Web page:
By Michele Kadison
The music you head when you tune in to Smooth Jazz internet radio takes its roots from standard jazz music, with the addition of pop, funk, and R&B influences. One of the trademarks of this new jazz offshoot is down-tempo melodies that incorporate electric guitar and (mostly) soprano saxophone. Smooth Jazz artists are solid jazz musicians exploring an alternative sound that does not require ardent listening, like that of conventional jazz. Whether it remains in the background or is the focus of the listener, Smooth Jazz internet radio creates a calm, romantic atmosphere that appeals to many mature music lovers.
Smooth Jazz: The Early Days
Smooth Jazz was born in the late 1960s when Creed Taylor, a producer working with the famed guitarist Wes Montgomery, released three records containing instrumental versions of various well-known pop songs. As founder of CTI Records, he signed many great artists to his label, including Freddie Hubbard, Chet Baker, Stanley Turrentine, and George Benson. The music contained beautiful string arrangements and emphasized the importance of melody, which went down very easily with both pop and jazz audiences.
In the 1970s, Smooth Jazz took hold as a radio format, finding its way to what was then called the “Beautiful Music” stations. One could hear the music on radio programs that aired during the weekends or at nights in cities like Atlanta, Miami, and San Antonio. New York’s station, WRVR FM, soon began playing the format full time as demand for artists such as Pat Metheny and George Benson heightened. With Russ Davis in Atlanta, “Sunday Morning Jazz” in Miami, “Lights Out San Diego” with Art Good, Breezin’ 100.7 in Milwaukee, and Los Angeles’ “The Wave” with Frank Cody, the Smooth Jazz that’s now on internet radio began to reach a wider audience. Artists like Grover Washington Jr, Spryo Gyra, Larry Carlton, George Benson, Chuck Mangione, Sergio Mendes, David Sanborn, Bob James, Joe Sample, Tom Scott, and Dave and Don Grusin began getting tremendous airplay, and soprano saxophonist Kenny G became the veritable poster boy for the form.
In the In late 80s “Smooth Jazz” became an official household name after the research firm Cody/Leach confirmed its viability.
Smooth Jazz: The Evolution
As music evolved and radio stations began to play more cross-over artists, Smooth Jazz’s popularity waned a bit. This drove musicians to create more collaborative work, with Bob James, Nathan East, and Dave Koz finding creative liaisons with other established artists. Groups like Pieces of a Dream, Acoustic Alchemy, and Fourplay emerged and female singers like Joyce Cooling, Sade, Pamela Williams, Anita Baker, and Regina Belle began getting more play on Smooth Jazz stations.
Many of Smooth Jazz’s well known musicians became cross-over artists themselves, with Dave Koz, Boney James, Bobby Perry, the Urban Jazz Coalition, Wayman Tisdale, Michael Ligton, Boggy Ricketts, Ken Navarro, Peter White, Brian Bromberg, and David Lanz landing on Urban Contemporary playlists. Smooth Jazz began to find new alliances with electronic music, creating a “chill” sound and expanding the possibility of airplay for both genres.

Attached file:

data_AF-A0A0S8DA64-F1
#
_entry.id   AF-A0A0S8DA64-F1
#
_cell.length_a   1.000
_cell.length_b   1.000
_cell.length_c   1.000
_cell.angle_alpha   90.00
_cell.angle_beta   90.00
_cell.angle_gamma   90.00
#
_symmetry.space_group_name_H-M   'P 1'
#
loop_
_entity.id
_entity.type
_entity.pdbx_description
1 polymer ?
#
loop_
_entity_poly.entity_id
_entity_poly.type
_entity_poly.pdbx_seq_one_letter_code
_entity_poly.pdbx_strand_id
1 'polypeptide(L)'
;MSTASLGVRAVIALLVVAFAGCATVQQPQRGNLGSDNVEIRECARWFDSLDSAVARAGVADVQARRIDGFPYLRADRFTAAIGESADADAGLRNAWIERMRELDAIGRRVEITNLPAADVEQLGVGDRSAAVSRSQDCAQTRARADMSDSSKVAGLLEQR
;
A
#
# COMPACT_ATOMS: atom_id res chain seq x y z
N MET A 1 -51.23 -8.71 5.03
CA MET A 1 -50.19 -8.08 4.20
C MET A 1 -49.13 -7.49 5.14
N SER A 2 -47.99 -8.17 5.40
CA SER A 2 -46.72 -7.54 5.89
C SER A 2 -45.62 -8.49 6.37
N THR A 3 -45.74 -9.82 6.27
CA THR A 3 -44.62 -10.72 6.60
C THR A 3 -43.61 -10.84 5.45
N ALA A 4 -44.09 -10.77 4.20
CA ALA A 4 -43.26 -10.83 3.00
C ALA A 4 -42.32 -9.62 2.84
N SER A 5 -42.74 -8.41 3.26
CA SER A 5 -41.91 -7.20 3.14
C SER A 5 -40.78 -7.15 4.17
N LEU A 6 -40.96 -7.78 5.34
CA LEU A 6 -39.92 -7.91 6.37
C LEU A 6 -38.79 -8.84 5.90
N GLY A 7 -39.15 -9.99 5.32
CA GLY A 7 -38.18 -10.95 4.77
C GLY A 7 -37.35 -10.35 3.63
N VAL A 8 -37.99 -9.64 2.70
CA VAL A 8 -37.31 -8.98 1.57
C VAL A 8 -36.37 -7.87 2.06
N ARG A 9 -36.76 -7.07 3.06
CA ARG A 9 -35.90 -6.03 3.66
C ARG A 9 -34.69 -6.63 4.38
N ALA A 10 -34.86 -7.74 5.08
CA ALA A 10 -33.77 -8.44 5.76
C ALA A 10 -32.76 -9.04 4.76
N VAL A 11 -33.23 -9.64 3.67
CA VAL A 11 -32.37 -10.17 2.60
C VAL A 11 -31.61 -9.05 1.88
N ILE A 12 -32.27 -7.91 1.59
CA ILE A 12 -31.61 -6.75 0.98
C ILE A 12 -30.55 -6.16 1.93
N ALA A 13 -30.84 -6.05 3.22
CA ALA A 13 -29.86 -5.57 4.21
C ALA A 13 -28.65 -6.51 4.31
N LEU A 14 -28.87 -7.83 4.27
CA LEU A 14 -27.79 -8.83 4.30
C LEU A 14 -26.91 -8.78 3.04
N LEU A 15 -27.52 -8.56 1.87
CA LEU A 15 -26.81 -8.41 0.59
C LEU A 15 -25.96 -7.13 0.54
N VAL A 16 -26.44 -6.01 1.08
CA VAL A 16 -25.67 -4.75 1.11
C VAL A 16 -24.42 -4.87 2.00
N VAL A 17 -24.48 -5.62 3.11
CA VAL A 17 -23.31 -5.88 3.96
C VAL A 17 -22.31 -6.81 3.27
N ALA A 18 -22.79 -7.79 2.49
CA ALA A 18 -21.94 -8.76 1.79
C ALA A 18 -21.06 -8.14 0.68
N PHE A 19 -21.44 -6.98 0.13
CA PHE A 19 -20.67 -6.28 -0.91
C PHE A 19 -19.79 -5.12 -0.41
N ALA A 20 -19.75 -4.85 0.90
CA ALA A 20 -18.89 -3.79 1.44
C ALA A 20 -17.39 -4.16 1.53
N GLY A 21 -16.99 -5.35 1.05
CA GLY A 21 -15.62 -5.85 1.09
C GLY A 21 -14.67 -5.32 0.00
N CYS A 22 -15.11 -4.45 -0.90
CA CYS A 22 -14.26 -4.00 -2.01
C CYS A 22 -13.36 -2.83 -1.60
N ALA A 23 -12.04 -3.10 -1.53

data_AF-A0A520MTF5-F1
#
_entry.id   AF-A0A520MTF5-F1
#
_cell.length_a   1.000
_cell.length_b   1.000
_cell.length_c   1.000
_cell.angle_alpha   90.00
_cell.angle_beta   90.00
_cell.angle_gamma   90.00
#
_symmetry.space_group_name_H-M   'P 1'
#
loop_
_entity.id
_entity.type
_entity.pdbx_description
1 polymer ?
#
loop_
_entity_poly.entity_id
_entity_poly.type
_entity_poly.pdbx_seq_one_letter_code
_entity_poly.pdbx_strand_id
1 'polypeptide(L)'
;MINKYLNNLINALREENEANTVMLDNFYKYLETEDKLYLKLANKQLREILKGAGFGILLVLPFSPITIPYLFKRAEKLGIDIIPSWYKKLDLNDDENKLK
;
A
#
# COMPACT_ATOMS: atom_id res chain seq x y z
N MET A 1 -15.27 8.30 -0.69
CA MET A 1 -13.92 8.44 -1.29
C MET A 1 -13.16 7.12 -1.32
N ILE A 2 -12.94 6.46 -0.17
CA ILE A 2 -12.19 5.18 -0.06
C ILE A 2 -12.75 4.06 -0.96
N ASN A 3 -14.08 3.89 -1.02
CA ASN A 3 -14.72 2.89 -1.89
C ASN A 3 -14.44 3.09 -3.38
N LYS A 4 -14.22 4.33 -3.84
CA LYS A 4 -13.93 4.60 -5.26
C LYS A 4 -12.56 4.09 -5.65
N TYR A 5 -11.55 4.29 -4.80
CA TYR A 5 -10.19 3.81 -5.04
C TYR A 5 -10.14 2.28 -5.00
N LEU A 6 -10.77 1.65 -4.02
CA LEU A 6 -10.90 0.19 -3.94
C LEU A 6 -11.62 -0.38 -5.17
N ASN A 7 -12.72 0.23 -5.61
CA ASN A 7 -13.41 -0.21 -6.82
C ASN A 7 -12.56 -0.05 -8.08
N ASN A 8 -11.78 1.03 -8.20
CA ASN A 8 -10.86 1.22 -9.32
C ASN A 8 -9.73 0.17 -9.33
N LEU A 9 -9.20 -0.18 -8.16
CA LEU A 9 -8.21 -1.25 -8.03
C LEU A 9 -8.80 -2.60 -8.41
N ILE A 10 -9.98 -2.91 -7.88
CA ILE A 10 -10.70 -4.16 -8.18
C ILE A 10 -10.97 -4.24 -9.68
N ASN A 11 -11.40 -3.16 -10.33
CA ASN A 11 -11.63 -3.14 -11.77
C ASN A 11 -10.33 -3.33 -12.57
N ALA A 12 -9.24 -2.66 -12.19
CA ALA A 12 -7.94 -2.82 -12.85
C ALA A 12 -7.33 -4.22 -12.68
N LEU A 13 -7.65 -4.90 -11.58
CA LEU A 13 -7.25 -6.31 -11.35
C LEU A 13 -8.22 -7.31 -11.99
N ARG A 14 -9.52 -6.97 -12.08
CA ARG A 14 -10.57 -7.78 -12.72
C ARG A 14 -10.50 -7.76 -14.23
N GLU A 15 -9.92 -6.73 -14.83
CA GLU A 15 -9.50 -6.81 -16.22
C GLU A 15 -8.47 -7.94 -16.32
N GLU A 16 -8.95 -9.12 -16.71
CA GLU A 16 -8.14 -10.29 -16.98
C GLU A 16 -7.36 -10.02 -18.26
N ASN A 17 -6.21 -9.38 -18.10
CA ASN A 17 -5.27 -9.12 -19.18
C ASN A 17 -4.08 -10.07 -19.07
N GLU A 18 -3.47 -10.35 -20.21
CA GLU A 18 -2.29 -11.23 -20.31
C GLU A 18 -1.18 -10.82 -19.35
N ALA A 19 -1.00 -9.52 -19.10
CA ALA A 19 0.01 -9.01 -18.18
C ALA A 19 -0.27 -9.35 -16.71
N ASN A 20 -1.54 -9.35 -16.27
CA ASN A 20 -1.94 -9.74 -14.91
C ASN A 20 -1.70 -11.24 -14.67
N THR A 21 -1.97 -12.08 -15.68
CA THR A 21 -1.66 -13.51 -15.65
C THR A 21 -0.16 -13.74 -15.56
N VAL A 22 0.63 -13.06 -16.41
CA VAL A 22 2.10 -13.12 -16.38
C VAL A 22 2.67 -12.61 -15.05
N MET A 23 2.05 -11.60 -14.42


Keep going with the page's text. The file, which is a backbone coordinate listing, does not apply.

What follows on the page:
“The Quiet Storm” became a term that implied a fusion of Smooth Jazz and soft R&B music. Launched in 1998 out of WGDR in Plainfield, Vermont, host Skeeter Sanders stretched the genre farther afield as audiences showed appreciation for the easy, romantic sounds that worked well especially for the over 30 crowd.
Smooth Jazz: Mainstream
Smooth Jazz proved itself to be a successful radio format, growing from a new age type genre to a substantial category of its own. Popular in the United States for its melodic revival of standards, as well as in Europe and Eastern Asia where it is often played in late night cafes and bars, the music has been embraced for its relaxing and romantic effect.
In addition to being played on on-air radio stations throughout the country, this smooth and sassy music found its way into satellite radio when Broadcast Architecture launched its Smooth Jazz Network after the demise of its precursor, Jones Radio Networks. With famous musicians doubling as on-air hosts, artists such as Kenny G, Norman Brown, Dave Koz, Paul Hardcastle, Ramsey Lewis, and Brian Culbertson, more and more listeners began to tune in. Saxophone player Dave Koz is currently one of the most listened to Smooth Jazz hosts in the United States, as well as Ramsey Lewis who has an over 1.5 million listenership weekly. Other popular weekly shows are Art Good’s “Jazztrax” and the Smooth Jazz Top 20 Countdown with Allen Kepler.
Smooth Jazz Internet Radio: The Current Phenomenon
Challenges face the Smooth Jazz format as listeners become restless with instrumental covers. Due to so many cross-over stations, it is incumbent upon artists interested in maintaining the Smooth Jazz style to come up with new musical ideas. Many Smooth Jazz stations are moving farther away from the jazz roots that were the basis of the form, adding vocalists like Beyonce and Aretha Franklin to their play lists. As a result, many classic Smooth Jazz radio stations are now calling themselves Smooth Adult Contemporary. That being said, there are many new artists on the scene who are bringing a new vitality to Smooth Jazz and reigniting the interest of the listening public. Patrick Yandall, Freddie Fox, Jackiem Joyner, Ty Causey, Peter Belasco, Will Downing, Anton Fig, Nick Colionne, and Joyce Cooling are some of the names that are keeping Smooth Jazz internet radio fans coming back for more.